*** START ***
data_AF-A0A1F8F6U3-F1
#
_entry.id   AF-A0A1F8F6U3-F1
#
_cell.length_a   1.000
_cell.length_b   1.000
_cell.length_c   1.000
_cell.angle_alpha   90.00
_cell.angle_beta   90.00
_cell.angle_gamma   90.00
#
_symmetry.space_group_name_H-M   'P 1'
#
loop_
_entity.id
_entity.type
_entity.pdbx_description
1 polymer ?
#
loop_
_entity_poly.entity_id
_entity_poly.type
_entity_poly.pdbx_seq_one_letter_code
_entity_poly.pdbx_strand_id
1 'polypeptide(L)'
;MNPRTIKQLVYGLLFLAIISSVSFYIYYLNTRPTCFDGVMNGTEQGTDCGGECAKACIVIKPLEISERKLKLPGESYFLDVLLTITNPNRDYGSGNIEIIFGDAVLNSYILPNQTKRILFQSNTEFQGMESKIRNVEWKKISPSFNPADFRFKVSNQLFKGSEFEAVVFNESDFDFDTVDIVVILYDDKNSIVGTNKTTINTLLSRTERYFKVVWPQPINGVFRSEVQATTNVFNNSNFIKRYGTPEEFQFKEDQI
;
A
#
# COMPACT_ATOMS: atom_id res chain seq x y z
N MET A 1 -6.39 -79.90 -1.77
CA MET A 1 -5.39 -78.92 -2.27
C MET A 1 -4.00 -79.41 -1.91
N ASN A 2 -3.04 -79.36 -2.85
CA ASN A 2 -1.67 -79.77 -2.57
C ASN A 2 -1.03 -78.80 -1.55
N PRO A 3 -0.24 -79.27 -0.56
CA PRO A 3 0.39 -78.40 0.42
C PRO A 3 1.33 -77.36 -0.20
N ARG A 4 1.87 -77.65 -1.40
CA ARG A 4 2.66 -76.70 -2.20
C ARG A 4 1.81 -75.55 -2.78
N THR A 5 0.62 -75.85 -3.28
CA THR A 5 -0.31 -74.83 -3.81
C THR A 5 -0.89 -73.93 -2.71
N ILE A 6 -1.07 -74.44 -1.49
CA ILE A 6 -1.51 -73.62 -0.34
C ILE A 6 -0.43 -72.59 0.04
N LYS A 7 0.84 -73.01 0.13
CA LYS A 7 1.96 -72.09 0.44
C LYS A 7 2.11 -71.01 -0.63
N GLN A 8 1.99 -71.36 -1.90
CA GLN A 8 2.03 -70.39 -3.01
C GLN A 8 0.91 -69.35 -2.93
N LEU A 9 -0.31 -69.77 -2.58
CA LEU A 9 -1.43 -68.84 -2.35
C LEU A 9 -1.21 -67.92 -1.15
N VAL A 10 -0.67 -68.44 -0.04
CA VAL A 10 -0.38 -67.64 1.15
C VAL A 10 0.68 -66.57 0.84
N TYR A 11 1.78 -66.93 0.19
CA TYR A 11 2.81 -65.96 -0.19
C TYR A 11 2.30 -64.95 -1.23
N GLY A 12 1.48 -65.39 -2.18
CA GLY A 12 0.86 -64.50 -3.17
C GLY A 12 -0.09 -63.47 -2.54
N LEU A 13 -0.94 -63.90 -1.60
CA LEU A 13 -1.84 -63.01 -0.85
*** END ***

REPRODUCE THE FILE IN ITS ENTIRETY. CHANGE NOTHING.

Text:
data_AF-A0A1F8F6U3-F1
#
_entry.id   AF-A0A1F8F6U3-F1
#
_cell.length_a   1.000
_cell.length_b   1.000
_cell.length_c   1.000
_cell.angle_alpha   90.00
_cell.angle_beta   90.00
_cell.angle_gamma   90.00
#
_symmetry.space_group_name_H-M   'P 1'
#
loop_
_entity.id
_entity.type
_entity.pdbx_description
1 polymer ?
#
loop_
_entity_poly.entity_id
_entity_poly.type
_entity_poly.pdbx_seq_one_letter_code
_entity_poly.pdbx_strand_id
1 'polypeptide(L)'
;MNPRTIKQLVYGLLFLAIISSVSFYIYYLNTRPTCFDGVMNGTEQGTDCGGECAKACIVIKPLEISERKLKLPGESYFLDVLLTITNPNRDYGSGNIEIIFGDAVLNSYILPNQTKRILFQSNTEFQGMESKIRNVEWKKISPSFNPADFRFKVSNQLFKGSEFEAVVFNESDFDFDTVDIVVILYDDKNSIVGTNKTTINTLLSRTERYFKVVWPQPINGVFRSEVQATTNVFNNSNFIKRYGTPEEFQFKEDQI
;
A
#
# COMPACT_ATOMS: atom_id res chain seq x y z
N MET A 1 -6.39 -79.90 -1.77
CA MET A 1 -5.39 -78.92 -2.27
C MET A 1 -4.00 -79.41 -1.91
N ASN A 2 -3.04 -79.36 -2.85
CA ASN A 2 -1.67 -79.77 -2.57
C ASN A 2 -1.03 -78.80 -1.55
N PRO A 3 -0.24 -79.27 -0.56
CA PRO A 3 0.39 -78.40 0.42
C PRO A 3 1.33 -77.36 -0.20
N ARG A 4 1.87 -77.65 -1.40
CA ARG A 4 2.66 -76.70 -2.20
C ARG A 4 1.81 -75.55 -2.78
N THR A 5 0.62 -75.85 -3.28
CA THR A 5 -0.31 -74.83 -3.81
C THR A 5 -0.89 -73.93 -2.71
N ILE A 6 -1.07 -74.44 -1.49
CA ILE A 6 -1.51 -73.62 -0.34
C ILE A 6 -0.43 -72.59 0.04
N LYS A 7 0.84 -73.01 0.13
CA LYS A 7 1.96 -72.09 0.44
C LYS A 7 2.11 -71.01 -0.63
N GLN A 8 1.99 -71.36 -1.90
CA GLN A 8 2.03 -70.39 -3.01
C GLN A 8 0.91 -69.35 -2.93
N LEU A 9 -0.31 -69.77 -2.58
CA LEU A 9 -1.43 -68.84 -2.35
C LEU A 9 -1.21 -67.92 -1.15
N VAL A 10 -0.67 -68.44 -0.04
CA VAL A 10 -0.38 -67.64 1.15
C VAL A 10 0.68 -66.57 0.84
N TYR A 11 1.78 -66.93 0.19
CA TYR A 11 2.81 -65.96 -0.19
C TYR A 11 2.30 -64.95 -1.23
N GLY A 12 1.48 -65.39 -2.18
CA GLY A 12 0.86 -64.50 -3.17
C GLY A 12 -0.09 -63.47 -2.54
N LEU A 13 -0.94 -63.90 -1.60
CA LEU A 13 -1.84 -63.01 -0.85